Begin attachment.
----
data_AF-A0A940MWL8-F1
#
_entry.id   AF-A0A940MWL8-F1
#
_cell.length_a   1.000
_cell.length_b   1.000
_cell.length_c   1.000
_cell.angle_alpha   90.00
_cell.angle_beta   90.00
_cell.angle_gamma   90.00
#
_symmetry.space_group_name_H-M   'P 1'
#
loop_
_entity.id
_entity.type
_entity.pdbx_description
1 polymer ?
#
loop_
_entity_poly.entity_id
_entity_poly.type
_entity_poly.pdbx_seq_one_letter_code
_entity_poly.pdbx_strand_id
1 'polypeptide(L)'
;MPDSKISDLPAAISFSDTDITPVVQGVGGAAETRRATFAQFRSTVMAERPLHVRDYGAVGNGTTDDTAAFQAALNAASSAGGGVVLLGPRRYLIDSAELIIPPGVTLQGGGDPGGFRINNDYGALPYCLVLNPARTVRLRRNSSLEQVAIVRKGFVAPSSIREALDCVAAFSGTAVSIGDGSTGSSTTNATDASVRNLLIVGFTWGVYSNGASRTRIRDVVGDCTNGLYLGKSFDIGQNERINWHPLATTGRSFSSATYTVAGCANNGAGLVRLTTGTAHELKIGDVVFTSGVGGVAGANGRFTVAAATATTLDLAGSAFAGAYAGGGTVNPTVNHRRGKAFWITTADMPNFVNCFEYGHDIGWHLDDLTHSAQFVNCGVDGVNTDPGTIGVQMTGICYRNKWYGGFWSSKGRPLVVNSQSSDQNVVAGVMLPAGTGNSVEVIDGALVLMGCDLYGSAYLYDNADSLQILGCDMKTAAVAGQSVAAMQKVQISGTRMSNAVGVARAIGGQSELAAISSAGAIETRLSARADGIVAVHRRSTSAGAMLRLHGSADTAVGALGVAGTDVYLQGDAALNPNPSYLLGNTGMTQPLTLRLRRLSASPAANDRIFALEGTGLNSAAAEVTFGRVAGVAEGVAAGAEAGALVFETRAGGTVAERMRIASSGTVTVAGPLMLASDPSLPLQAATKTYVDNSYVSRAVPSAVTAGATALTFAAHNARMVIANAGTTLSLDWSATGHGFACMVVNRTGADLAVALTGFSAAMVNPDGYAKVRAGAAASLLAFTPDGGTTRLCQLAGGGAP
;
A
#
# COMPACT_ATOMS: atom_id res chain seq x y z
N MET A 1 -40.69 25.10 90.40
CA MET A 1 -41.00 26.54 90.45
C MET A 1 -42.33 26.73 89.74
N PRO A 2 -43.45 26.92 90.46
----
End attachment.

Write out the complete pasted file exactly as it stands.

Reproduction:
data_AF-A0A940MWL8-F1
#
_entry.id   AF-A0A940MWL8-F1
#
_cell.length_a   1.000
_cell.length_b   1.000
_cell.length_c   1.000
_cell.angle_alpha   90.00
_cell.angle_beta   90.00
_cell.angle_gamma   90.00
#
_symmetry.space_group_name_H-M   'P 1'
#
loop_
_entity.id
_entity.type
_entity.pdbx_description
1 polymer ?
#
loop_
_entity_poly.entity_id
_entity_poly.type
_entity_poly.pdbx_seq_one_letter_code
_entity_poly.pdbx_strand_id
1 'polypeptide(L)'
;MPDSKISDLPAAISFSDTDITPVVQGVGGAAETRRATFAQFRSTVMAERPLHVRDYGAVGNGTTDDTAAFQAALNAASSAGGGVVLLGPRRYLIDSAELIIPPGVTLQGGGDPGGFRINNDYGALPYCLVLNPARTVRLRRNSSLEQVAIVRKGFVAPSSIREALDCVAAFSGTAVSIGDGSTGSSTTNATDASVRNLLIVGFTWGVYSNGASRTRIRDVVGDCTNGLYLGKSFDIGQNERINWHPLATTGRSFSSATYTVAGCANNGAGLVRLTTGTAHELKIGDVVFTSGVGGVAGANGRFTVAAATATTLDLAGSAFAGAYAGGGTVNPTVNHRRGKAFWITTADMPNFVNCFEYGHDIGWHLDDLTHSAQFVNCGVDGVNTDPGTIGVQMTGICYRNKWYGGFWSSKGRPLVVNSQSSDQNVVAGVMLPAGTGNSVEVIDGALVLMGCDLYGSAYLYDNADSLQILGCDMKTAAVAGQSVAAMQKVQISGTRMSNAVGVARAIGGQSELAAISSAGAIETRLSARADGIVAVHRRSTSAGAMLRLHGSADTAVGALGVAGTDVYLQGDAALNPNPSYLLGNTGMTQPLTLRLRRLSASPAANDRIFALEGTGLNSAAAEVTFGRVAGVAEGVAAGAEAGALVFETRAGGTVAERMRIASSGTVTVAGPLMLASDPSLPLQAATKTYVDNSYVSRAVPSAVTAGATALTFAAHNARMVIANAGTTLSLDWSATGHGFACMVVNRTGADLAVALTGFSAAMVNPDGYAKVRAGAAASLLAFTPDGGTTRLCQLAGGGAP
;
A
#
# COMPACT_ATOMS: atom_id res chain seq x y z
N MET A 1 -40.69 25.10 90.40
CA MET A 1 -41.00 26.54 90.45
C MET A 1 -42.33 26.73 89.74
N PRO A 2 -43.45 26.92 90.46